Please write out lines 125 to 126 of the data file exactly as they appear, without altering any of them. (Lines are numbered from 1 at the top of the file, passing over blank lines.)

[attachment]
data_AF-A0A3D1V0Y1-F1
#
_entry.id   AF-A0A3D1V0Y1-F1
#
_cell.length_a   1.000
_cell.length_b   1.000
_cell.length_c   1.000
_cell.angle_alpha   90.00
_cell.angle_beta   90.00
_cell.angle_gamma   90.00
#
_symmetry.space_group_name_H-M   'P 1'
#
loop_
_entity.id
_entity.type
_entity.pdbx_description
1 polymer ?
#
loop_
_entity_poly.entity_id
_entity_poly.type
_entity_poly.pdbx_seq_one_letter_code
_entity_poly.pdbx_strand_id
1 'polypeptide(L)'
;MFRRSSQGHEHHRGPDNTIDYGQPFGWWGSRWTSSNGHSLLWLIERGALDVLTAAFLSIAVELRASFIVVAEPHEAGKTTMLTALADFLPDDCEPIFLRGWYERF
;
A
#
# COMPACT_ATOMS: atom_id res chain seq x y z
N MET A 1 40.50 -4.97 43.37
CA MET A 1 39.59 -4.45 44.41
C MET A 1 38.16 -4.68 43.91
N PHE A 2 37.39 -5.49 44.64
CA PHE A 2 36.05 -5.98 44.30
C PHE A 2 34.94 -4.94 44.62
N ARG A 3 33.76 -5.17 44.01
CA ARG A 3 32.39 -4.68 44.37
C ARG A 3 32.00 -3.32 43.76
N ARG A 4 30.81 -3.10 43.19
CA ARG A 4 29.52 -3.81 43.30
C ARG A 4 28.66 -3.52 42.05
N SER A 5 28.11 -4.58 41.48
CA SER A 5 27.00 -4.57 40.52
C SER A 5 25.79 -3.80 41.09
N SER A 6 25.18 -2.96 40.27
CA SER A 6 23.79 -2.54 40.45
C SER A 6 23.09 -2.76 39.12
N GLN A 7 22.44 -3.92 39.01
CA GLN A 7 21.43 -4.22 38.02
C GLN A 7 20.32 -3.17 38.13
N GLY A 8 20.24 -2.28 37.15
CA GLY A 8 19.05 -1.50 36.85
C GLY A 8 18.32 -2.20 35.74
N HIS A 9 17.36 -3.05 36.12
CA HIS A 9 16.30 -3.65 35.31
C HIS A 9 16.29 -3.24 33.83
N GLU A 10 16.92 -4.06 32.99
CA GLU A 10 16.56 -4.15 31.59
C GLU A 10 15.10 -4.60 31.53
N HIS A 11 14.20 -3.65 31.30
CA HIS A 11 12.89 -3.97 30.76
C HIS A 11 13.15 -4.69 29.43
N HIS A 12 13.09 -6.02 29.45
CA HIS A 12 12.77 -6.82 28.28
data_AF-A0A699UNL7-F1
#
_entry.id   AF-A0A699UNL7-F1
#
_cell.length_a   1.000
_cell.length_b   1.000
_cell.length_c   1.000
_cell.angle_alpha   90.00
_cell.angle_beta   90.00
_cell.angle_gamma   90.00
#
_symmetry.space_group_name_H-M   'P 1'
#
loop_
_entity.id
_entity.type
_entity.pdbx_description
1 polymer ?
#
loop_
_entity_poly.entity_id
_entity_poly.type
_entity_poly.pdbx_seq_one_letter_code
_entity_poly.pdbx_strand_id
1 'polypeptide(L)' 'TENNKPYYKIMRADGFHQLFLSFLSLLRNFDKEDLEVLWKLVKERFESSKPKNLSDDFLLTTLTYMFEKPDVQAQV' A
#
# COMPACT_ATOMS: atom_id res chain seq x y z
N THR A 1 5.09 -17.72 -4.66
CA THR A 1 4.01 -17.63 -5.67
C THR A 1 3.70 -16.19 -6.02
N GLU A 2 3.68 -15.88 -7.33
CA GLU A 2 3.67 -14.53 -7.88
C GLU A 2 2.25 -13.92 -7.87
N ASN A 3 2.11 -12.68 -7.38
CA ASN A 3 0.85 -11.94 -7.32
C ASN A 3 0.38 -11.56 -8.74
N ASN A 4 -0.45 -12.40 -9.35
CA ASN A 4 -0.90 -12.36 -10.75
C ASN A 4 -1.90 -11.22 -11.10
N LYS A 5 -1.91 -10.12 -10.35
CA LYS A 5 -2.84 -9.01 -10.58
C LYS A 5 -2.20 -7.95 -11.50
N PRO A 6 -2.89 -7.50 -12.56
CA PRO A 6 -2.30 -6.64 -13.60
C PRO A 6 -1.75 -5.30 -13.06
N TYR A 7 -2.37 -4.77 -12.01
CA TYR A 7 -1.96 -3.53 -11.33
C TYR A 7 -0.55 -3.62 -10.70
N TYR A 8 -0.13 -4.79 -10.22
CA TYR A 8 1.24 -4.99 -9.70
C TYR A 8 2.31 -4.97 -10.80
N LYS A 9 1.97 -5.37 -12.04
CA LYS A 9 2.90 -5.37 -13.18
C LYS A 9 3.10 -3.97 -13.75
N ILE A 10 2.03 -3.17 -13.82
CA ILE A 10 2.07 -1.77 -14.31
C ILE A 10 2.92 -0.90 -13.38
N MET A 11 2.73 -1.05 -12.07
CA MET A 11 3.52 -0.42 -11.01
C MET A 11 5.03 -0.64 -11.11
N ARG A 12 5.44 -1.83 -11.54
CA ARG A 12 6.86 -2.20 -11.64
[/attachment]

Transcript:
C MET A 11 5.03 -0.64 -11.11
N ARG A 12 5.44 -1.83 -11.54